Studs Terkel Can I ask you one last question before I let you go back to your work. You yourself, do you have any idea, when you graduated from Gateway House, say, what you would like to do?

Ira Robinson Well, for my second phase of the program which will probably be up for another four or five months before I enter the second phase, that's the phase where you work out or go to school out and live in. For this phase of the program for me, I plan to go to school. I have a G.I Bill, plus you know, I don't have to worry about any financial responsibilities because I'm still a resident of the house. And, so, I plan to go to school, but exactly for what I'm not too sure right now. I've thought about a computer program in which I even attempted to do a couple of times in the past, but the drugs had me so wound up that I didn't get it started. I thought about that. And then here, lately, I've been thinking about even working for the program. You know, maybe being an addiction specialist or a counselor or something like that because when you involved in this program, you really become interested in people. You do, and so you get--well, at least me myself I get the urge to like try and work with people.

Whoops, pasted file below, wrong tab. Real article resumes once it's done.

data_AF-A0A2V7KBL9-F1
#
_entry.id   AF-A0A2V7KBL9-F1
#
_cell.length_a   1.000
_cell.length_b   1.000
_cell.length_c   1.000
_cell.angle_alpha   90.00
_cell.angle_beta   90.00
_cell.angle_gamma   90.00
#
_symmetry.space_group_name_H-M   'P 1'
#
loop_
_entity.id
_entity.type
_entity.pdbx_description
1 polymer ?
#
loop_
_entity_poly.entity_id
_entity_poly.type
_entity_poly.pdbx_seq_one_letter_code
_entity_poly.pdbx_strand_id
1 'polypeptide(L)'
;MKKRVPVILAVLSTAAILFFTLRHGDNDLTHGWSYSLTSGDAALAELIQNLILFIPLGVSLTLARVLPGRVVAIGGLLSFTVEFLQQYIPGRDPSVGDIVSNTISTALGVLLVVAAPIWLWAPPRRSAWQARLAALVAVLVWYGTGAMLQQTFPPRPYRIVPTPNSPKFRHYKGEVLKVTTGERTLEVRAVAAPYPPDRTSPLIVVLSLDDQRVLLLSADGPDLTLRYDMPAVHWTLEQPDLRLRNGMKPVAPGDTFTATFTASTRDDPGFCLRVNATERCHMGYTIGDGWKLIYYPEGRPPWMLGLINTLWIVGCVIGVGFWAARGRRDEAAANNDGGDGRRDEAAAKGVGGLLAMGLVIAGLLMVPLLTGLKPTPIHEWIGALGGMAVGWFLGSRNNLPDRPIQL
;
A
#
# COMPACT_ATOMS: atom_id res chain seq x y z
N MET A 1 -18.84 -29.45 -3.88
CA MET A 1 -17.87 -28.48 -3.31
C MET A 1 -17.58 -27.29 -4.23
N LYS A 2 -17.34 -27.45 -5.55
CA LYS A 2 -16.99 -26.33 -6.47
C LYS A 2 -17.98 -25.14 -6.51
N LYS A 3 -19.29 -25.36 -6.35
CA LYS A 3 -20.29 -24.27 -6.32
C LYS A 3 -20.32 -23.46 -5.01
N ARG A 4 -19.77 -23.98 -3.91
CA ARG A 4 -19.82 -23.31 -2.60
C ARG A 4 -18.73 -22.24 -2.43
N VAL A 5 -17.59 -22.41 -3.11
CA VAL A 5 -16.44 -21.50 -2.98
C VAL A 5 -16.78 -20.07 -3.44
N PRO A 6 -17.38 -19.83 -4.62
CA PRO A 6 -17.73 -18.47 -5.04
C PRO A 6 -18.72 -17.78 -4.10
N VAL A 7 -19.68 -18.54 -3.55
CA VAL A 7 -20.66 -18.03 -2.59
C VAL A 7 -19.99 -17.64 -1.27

Studs Terkel So you might even become a staff member here, possibly. Possibly.

Ira Robinson I think I would like that.

Studs Terkel Thank you very much.

Ira Robinson Thank you.

Studs Terkel Walking through the various rooms now with Carl Charnett, we were through the living room, and a young woman, well, a couple of people are pressing the ironing board is there. Busy working. Three guys are there along the divan chair, they're studying, discussing. The openness is here. I notice--yeah. Two of the girls are pressing clothes, you know. We're in a room now that's vacant. It's being fixed, obviously. I see the electricity is--or this room is being repainted, is that it?

Carl Charnett Well, more than that. The plumbing in this house is very, very old and we're redoing all the plumbing. But in the meantime, the bathroom directly above the dining room rotted the plaster in the dining room ceiling, so we had to take down the whole ceiling and replace it.

Studs Terkel Who takes it down?

Carl Charnett All of us. The residents.

Studs Terkel All the residents are doing the work. I see.

Carl Charnett Yeah, the residents do all the labor here.

Studs Terkel I see. So, the electrical work, too?

Carl Charnett Yeah. Everything.

Studs Terkel And the plumbing?

Carl Charnett Everything.